Open Shortest Path First

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Open Shortest Path First

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Open Shortest Path First (OSPF) is a routing protocol developed for Internet Protocol (IP)
networks by the Interior Gateway Protocol (IGP) working group of the Internet Engineering
Task Force (IETF). The working group was formed in 1988 to design an IGP ba
sed on the
Shortest Path First (SPF) algorithm for use in the Internet. Similar to the Interior Gateway
Routing Protocol (IGRP), OSPF was created because in the mid
-
1980s, the Routing Information
Protocol (RIP) was increasingly incapable of serving large,
heterogeneous internetworks. This
chapter examines the OSPF routing environment, underlying routing algorithm, and general
protocol components.








Contents

[
hide
]



1 Background




2 Routing Hierarchy


o

2.1

Figure: An OSPF AS Consists of Multiple Areas Linked by Routers




3 SPF Algorithm




4 Packet Format


o

4.1 Figure: OSPF Packets Consist of Nine Fields




5 Additional OSPF Features


Guide Contents


Internetworking Basics

LAN Technologies

WAN Technologies

Internet Protocols

Bridging and Switching

Routing

Network Management


Voice/Data Integration Technologies


Wireless Technol
ogies


Cable Access Technologies


Dial
-
up Technology


Secu
rity Technologies


Quality of Service Networking


Network Caching Technologies


IBM Network Management


Multiservice Access Technologies




6 Review Questions


Background

OSPF was derived from several research efforts, including Bolt,
Beranek, and Newman's
(BBN's) SPF algorithm developed in 1978 for the ARPANET (a landmark packet
-
switching
network developed in the early 1970s by BBN), Dr. Radia Perlman's research on fault
-
tolerant
broadcasting of routing information (1988), BBN's work o
n area routing (1986), and an early
version of OSI's Intermediate System
-
to
-
Intermediate System (IS
-
IS) routing protocol.

OSPF has two primary characteristics. The first is that the protocol is open, which means that its
specification is in the public dom
ain. The OSPF specification is published as Request For
Comments (RFC) 1247. The second principal characteristic is that OSPF is based on the SPF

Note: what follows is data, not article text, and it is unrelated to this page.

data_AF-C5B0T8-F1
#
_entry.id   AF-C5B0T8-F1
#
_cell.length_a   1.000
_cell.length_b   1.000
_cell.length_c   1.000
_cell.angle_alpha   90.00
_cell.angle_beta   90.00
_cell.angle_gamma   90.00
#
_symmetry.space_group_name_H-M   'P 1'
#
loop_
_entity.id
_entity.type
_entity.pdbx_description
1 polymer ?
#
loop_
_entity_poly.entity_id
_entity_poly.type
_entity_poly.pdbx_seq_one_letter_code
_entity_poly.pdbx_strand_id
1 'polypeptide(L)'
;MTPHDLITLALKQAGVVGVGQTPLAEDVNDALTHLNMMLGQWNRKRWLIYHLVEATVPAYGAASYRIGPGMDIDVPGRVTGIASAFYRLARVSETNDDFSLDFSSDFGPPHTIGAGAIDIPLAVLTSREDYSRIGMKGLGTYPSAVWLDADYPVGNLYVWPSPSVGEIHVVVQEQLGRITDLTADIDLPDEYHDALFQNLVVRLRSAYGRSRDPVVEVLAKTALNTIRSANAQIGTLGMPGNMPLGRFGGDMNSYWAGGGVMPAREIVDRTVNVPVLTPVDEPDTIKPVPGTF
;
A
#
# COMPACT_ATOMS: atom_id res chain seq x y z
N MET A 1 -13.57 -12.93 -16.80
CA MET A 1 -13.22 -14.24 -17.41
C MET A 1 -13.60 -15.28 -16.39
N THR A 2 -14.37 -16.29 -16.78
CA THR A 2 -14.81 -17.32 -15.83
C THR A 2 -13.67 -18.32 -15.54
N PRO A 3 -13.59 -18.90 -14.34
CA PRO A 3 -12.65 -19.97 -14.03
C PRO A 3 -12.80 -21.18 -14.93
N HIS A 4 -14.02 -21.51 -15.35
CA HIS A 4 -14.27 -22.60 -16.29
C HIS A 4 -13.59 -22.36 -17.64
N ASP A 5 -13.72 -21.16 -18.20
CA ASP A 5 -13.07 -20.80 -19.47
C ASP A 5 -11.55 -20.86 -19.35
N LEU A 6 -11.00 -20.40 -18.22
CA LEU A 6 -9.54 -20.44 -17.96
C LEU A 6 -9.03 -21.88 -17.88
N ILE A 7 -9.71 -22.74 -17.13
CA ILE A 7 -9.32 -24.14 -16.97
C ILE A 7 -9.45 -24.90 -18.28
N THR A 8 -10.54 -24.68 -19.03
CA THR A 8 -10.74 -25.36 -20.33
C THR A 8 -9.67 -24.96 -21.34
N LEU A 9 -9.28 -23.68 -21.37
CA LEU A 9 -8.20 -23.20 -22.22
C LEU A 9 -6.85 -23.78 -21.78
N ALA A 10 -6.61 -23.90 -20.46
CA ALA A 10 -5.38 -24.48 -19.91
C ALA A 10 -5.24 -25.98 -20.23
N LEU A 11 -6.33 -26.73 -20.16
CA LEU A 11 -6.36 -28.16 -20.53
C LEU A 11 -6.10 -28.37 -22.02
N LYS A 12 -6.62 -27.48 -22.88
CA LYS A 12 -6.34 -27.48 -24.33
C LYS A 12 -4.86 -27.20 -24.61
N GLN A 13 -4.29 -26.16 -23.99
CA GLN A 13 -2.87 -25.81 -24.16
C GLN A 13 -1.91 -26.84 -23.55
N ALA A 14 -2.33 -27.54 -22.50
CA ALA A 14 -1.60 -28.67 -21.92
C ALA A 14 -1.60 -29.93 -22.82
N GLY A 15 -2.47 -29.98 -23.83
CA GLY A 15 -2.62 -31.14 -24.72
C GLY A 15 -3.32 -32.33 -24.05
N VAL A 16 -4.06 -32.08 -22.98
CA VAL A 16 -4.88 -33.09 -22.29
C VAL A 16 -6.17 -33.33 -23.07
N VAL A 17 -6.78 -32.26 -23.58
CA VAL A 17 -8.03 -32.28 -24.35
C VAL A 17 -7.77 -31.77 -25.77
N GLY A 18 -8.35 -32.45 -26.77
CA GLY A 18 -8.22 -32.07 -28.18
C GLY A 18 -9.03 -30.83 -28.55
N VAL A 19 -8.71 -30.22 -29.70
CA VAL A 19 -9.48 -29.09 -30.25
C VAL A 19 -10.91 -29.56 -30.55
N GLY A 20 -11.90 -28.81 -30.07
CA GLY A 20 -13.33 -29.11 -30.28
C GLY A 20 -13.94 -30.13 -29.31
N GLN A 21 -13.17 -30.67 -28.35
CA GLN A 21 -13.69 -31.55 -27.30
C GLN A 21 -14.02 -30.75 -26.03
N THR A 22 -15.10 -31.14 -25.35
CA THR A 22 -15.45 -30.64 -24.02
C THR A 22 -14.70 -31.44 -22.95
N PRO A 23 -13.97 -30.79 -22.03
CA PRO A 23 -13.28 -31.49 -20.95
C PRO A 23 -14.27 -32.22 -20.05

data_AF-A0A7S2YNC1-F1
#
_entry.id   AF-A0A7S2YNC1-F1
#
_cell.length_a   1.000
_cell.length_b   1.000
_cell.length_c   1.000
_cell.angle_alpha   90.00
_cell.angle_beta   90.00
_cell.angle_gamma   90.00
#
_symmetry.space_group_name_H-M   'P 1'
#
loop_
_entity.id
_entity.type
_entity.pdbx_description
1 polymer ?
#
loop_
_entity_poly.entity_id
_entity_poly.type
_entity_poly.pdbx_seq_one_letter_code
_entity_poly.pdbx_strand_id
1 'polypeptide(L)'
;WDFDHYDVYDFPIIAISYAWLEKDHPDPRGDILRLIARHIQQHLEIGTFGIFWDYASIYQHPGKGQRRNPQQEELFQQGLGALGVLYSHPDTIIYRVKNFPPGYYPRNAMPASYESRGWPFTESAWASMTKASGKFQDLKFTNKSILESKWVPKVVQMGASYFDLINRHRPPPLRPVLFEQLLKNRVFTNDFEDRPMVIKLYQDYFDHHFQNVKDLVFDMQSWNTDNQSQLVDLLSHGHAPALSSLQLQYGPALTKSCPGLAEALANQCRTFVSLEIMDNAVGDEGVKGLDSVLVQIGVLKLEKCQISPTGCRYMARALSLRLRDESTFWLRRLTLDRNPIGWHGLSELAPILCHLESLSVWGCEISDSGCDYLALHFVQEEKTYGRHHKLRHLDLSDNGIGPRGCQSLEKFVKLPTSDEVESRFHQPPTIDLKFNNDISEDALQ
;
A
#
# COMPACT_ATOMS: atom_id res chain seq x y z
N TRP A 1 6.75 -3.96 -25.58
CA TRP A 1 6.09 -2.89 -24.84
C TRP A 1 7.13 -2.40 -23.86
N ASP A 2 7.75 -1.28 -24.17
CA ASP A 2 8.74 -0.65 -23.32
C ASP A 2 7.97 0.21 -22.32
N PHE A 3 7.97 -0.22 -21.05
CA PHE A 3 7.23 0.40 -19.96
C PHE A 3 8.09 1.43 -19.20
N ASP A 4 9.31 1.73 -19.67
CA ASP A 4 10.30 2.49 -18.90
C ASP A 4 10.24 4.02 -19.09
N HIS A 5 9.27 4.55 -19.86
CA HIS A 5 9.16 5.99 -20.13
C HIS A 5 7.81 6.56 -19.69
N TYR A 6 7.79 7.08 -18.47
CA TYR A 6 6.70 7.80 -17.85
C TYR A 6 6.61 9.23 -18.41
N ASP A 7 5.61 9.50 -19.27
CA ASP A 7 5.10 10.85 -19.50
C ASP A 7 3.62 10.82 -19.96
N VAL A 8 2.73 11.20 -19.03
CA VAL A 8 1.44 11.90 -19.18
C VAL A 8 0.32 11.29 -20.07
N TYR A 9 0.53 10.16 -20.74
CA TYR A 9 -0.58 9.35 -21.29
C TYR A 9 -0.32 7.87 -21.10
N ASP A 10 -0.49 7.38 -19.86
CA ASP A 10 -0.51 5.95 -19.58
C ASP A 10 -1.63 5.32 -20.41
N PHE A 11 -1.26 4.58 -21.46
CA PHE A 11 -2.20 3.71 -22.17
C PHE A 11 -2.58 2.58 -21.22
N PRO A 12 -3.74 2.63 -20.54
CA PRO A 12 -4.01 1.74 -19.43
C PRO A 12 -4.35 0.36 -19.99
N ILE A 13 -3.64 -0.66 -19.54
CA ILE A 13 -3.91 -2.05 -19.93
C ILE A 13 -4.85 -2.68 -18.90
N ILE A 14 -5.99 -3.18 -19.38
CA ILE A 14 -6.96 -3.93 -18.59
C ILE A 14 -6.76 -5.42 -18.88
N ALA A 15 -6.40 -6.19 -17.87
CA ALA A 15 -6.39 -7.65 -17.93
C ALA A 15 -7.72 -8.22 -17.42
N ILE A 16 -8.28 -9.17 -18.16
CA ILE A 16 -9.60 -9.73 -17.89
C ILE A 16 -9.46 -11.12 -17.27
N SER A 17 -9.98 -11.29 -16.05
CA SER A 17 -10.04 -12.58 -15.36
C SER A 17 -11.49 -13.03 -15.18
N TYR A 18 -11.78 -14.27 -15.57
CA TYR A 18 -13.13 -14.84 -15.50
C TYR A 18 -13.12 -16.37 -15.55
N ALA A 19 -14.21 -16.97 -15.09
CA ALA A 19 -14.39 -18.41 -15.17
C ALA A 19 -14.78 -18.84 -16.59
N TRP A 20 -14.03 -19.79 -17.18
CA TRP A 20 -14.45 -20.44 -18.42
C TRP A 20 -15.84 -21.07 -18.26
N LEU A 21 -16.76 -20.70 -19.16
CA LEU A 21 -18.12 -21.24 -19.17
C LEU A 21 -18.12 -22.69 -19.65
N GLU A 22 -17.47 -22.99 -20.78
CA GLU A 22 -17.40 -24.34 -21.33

algorithm, which sometimes is referred to as the Dijkstra algorithm, named for the person
credited with its cr
eation.

OSPF is a link
-
state routing protocol that calls for the sending of link
-
state advertisements
(LSAs) to all other routers within the same hierarchical area. Information on attached interfaces,
metrics used, and other variables is included in OSPF
LSAs. As OSPF routers accumulate link
-
state information, they use the SPF algorithm to calculate the shortest path to each node.

As a link
-
state routing protocol, OSPF contrasts with RIP and IGRP, which are distance
-
vector
routing protocols. Routers runni
ng the distance
-
vector algorithm send all or a portion of their
routing tables in routing
-
update messages to their neighbors.

Routing Hierarchy

Unlike RIP, OSPF can operate within a hierarchy. The largest entity within the hierarchy is the
autonomous system (AS), which is a collection of networks under a common administration that
share a common routing strategy. OSPF is an intra
-
AS (interior gate
way) routing protocol,
although it is capable of receiving routes from and sending routes to other ASs.

An AS can be divided into a number of areas, which are groups of contiguous networks and
attached hosts. Routers with multiple interfaces can participa
te in multiple areas. These routers,
which are called Area Border Routers, maintain separate topological databases for each area.

A topological database is essentially an overall picture of networks in relationship to routers. The
topological database con
tains the collection of LSAs received from all routers in the same area.
Because routers within the same area share the same information, they have identical topological
databases.

The term domain sometimes is used to describe a portion of the network in
which all routers